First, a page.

CHARLESTON, S.C. (WCBD) – The City of Charleston is marking the 50th anniversary of an often forgotten piece of history.

On June 30, 1971, Muhammad Ali came to Charleston for an exhibition fight at Stoney Field, and some of those closest to it shared their story with us.

Michael Barrett’s father, Reggie, is the reason Muhammad Ali came to Charleston. He said it was initially meant to be a fundraiser in July of 1970 for Reggie Barrett’s boxing team, Barrett’s Bombers. They were the first all-black boxing team in South Carolina. With Ali unable to fight in sanctioned bouts because of his refusal to be drafted into the armed forces during the Vietnam War, Barrett said his dad took a shot.

Henry Nielson worked for what was then the Charleston Evening Post as a sports writer at that time. He was among a handful of people Barrett told that Ali was coming. He said, as soon as Ali stepped off the plane people spotted him and started running from the terminals to catch a glimpse of “The Greatest”.

“He had this idea, reached out and the next thing you know he is here,” said Barrett.

Nielson and a then six-year-old Michael Barrett rode with Ali into the city. They were forced to stop along the way as people jumped from their cars to wave and try to meet the champ. Ali asked Reggie Barrett to stop at Hampton Park as they drove by, and Ali went straight to the basketball courts where some people were playing.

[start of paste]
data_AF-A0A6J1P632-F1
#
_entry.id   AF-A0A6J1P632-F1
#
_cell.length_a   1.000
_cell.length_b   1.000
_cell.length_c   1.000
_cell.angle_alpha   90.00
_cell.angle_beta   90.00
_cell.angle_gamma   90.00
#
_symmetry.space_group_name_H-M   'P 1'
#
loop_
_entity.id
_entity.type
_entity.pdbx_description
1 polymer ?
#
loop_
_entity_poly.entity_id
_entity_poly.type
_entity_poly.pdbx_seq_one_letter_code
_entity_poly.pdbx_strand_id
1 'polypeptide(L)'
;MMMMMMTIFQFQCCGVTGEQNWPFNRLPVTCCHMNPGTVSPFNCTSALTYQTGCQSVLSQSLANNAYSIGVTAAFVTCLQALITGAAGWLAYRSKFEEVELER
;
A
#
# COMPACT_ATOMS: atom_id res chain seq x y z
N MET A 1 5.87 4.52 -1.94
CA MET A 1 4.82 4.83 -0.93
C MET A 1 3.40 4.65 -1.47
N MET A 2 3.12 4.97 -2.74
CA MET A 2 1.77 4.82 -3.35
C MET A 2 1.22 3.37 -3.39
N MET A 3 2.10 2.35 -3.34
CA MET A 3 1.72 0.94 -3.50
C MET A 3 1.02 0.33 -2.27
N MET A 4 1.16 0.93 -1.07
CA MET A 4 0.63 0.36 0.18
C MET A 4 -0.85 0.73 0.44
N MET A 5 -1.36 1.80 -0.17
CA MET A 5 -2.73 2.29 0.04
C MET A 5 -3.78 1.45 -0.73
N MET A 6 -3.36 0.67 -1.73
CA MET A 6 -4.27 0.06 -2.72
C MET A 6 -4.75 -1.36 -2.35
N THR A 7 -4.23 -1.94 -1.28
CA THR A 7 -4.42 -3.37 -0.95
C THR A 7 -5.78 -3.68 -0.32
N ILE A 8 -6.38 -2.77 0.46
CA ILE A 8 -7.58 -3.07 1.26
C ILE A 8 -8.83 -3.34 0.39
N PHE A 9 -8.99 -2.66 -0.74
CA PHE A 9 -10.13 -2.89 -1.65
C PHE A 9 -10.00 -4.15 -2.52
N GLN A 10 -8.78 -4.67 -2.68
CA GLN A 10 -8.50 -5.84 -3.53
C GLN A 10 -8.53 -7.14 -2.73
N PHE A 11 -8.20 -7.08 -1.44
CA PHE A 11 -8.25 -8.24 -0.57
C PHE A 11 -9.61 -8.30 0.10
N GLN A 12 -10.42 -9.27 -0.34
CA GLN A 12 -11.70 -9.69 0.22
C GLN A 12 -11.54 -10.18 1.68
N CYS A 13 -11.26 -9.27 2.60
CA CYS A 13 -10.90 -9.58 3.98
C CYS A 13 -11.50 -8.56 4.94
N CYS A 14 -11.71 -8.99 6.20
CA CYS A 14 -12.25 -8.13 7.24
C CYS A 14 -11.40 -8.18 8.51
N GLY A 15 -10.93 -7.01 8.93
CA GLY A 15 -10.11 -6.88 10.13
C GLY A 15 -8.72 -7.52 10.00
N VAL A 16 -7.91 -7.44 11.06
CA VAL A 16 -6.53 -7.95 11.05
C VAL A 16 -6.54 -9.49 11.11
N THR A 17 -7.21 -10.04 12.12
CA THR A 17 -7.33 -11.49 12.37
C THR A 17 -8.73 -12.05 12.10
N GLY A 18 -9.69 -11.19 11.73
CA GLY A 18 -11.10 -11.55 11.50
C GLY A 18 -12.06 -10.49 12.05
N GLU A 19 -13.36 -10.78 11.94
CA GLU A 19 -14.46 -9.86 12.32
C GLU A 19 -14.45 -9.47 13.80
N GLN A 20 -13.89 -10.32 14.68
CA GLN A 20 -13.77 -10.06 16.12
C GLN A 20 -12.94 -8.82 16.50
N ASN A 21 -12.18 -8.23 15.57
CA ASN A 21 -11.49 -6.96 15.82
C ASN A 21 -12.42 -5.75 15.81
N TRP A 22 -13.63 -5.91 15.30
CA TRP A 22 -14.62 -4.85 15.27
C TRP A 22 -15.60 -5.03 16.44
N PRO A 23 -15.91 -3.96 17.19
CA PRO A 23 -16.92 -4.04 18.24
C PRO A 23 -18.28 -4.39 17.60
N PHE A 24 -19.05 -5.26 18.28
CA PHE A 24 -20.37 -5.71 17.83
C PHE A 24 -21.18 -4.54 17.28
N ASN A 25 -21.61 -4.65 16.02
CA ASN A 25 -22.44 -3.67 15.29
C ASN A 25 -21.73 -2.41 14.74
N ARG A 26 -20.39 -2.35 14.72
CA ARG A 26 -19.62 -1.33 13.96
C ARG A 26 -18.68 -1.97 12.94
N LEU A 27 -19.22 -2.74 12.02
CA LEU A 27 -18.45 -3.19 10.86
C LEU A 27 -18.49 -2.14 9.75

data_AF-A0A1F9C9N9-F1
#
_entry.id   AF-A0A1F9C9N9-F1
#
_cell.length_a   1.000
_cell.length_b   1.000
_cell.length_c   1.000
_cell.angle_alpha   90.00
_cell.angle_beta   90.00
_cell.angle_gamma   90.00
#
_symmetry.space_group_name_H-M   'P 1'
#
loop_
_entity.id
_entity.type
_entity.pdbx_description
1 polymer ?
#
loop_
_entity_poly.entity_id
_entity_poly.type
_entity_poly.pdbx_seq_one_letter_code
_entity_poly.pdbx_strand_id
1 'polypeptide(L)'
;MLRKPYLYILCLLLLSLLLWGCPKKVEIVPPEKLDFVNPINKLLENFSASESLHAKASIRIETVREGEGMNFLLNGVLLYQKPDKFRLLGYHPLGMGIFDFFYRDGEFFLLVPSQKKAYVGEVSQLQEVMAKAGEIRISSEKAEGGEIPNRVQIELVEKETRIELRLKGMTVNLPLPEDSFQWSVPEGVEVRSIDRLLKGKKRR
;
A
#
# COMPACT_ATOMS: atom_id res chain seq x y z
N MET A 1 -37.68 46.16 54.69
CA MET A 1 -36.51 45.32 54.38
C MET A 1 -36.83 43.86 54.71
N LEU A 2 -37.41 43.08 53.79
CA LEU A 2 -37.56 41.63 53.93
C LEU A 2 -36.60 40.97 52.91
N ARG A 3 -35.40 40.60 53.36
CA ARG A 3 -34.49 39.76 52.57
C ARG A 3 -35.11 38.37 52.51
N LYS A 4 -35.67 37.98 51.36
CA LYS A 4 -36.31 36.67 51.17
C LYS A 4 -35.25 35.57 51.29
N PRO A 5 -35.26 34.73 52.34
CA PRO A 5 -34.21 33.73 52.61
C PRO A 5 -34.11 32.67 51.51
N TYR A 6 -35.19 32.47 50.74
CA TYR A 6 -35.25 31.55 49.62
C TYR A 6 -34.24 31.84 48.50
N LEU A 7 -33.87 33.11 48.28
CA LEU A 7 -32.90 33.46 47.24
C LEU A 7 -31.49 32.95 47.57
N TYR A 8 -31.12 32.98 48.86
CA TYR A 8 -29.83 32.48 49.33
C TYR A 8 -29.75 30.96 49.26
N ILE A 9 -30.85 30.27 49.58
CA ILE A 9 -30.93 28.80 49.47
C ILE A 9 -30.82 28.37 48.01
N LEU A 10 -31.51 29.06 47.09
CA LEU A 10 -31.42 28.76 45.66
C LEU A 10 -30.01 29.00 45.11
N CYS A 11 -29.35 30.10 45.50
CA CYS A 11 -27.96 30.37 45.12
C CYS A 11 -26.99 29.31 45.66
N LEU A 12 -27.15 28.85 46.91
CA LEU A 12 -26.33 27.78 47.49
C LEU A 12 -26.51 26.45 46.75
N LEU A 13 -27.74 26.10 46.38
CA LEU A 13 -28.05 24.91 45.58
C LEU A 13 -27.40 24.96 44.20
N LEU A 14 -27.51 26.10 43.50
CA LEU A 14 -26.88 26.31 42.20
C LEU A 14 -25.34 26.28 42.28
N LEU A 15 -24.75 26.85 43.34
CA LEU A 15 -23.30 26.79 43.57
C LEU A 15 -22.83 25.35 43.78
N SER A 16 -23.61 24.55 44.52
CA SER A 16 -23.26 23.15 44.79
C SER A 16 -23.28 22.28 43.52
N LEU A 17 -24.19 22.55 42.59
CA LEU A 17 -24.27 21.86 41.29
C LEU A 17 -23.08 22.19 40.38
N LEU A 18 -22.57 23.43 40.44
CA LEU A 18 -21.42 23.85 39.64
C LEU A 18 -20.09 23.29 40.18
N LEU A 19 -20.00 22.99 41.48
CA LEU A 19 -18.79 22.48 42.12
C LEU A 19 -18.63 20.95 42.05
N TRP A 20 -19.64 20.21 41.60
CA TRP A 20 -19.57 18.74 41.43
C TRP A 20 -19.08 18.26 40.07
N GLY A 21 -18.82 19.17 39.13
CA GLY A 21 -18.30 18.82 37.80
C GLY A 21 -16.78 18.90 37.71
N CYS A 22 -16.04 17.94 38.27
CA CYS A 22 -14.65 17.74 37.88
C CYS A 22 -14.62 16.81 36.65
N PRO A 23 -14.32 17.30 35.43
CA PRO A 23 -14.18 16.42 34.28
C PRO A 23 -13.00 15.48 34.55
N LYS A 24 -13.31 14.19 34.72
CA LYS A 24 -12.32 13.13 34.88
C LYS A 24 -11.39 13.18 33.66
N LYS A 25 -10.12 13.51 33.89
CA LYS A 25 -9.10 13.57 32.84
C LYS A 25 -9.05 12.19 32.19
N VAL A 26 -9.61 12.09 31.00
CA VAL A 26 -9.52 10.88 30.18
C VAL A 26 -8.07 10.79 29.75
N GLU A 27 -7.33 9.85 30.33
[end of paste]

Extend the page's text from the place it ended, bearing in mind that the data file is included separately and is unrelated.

“He said, who wants a shot at the greatest?” Nielson recalls. “And there were some kids who came up to spar with him and he played along with them and he was a lot of fun.”

Barrett says the original bout would be abruptly canceled just before it started because of a supposed bomb threat.

“Obviously things were canceled and he vowed to return and 11 months later he came back,” Barrett said.

Fast forward to June 30, 1971, and fresh off the Supreme Court siding with Ali in his fight to be a “conscientious objector”, he returned and fulfilled that promise. Ali, complete with a military honor guard, held that exhibition fight at Stoney Field marking his return to the ring.

Barrett says, the city’s commemoration of the events of 50 years ago means everything to his family and to Ali’s family.

“It gives recognition to the cause and what was going on back then, the fact he was denied, turned away, and actually came back and it actually happened,” Barrett said.

There is a chance more could be done to permanently remember that night. The possibility of a historical marker at Stoney Field is among the ideas.

Charleston Mayor John Tecklenburg issued a proclamation this week in observance of the 50th anniversary of the Muhammad Ali Boxing Exhibition. You can read that below: